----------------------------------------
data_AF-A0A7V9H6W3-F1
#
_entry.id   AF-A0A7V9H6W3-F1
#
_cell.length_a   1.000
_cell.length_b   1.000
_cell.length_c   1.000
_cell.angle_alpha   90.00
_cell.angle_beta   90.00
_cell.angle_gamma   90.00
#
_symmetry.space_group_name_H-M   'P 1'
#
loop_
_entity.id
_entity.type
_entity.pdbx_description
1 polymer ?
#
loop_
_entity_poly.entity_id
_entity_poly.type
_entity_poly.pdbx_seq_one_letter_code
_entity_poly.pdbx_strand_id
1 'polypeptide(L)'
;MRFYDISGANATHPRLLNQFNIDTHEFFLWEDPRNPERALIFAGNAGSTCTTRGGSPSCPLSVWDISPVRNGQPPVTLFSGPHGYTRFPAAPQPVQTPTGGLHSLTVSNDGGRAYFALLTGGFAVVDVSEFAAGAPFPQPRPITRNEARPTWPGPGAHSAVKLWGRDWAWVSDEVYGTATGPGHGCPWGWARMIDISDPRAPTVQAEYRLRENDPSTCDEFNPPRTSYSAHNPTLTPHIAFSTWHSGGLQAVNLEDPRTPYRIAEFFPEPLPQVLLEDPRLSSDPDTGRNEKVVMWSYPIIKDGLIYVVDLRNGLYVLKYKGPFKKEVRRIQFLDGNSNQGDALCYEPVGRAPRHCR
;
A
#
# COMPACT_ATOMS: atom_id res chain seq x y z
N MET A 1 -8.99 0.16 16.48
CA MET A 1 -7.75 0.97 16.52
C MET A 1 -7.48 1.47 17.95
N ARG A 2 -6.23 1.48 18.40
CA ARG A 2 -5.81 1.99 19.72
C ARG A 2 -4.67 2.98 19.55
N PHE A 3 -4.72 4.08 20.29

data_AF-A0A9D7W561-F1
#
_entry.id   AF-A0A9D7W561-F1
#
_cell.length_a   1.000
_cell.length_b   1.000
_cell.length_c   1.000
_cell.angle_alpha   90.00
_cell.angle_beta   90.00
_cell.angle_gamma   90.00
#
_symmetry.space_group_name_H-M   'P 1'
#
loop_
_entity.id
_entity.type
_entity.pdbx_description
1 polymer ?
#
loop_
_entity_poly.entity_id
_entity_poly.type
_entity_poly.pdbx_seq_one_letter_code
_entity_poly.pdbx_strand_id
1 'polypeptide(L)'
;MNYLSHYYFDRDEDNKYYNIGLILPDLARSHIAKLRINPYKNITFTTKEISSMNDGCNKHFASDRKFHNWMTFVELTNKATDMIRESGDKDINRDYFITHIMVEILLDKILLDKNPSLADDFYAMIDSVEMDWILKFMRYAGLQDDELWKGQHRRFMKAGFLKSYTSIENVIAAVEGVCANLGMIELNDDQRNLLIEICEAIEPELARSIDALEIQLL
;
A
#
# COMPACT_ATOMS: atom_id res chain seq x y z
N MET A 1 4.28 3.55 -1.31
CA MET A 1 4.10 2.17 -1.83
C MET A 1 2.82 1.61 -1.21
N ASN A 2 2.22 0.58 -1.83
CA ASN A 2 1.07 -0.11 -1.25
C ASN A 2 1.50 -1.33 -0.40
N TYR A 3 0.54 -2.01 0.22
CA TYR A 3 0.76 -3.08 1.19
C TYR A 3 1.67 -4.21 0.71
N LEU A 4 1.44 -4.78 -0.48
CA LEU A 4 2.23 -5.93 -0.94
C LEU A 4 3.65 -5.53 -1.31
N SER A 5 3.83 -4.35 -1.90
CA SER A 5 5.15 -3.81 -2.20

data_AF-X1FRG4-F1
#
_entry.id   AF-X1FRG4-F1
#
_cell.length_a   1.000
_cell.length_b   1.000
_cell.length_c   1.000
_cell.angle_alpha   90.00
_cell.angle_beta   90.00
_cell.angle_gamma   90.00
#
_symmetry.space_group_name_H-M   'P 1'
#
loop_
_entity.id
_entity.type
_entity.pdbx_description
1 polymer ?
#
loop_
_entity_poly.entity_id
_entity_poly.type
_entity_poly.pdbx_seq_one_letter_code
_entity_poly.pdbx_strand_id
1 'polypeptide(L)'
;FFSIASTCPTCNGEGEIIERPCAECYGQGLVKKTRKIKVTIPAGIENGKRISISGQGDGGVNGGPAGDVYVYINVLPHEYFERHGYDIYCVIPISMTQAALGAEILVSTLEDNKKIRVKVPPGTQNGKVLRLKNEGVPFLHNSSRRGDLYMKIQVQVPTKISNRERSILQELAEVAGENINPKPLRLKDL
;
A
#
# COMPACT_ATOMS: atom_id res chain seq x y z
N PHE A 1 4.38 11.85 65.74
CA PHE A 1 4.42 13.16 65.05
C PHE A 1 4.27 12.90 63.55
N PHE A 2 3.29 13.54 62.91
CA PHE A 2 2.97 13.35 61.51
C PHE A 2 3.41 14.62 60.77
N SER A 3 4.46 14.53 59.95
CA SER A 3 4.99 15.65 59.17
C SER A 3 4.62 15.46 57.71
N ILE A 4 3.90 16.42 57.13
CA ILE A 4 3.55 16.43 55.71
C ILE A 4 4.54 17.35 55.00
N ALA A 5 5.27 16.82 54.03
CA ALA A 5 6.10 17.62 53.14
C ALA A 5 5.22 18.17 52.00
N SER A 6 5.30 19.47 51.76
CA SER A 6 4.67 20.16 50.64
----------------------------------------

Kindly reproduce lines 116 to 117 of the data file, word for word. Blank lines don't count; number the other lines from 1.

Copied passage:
CA PHE A 2 2.97 13.35 61.51
C PHE A 2 3.41 14.62 60.77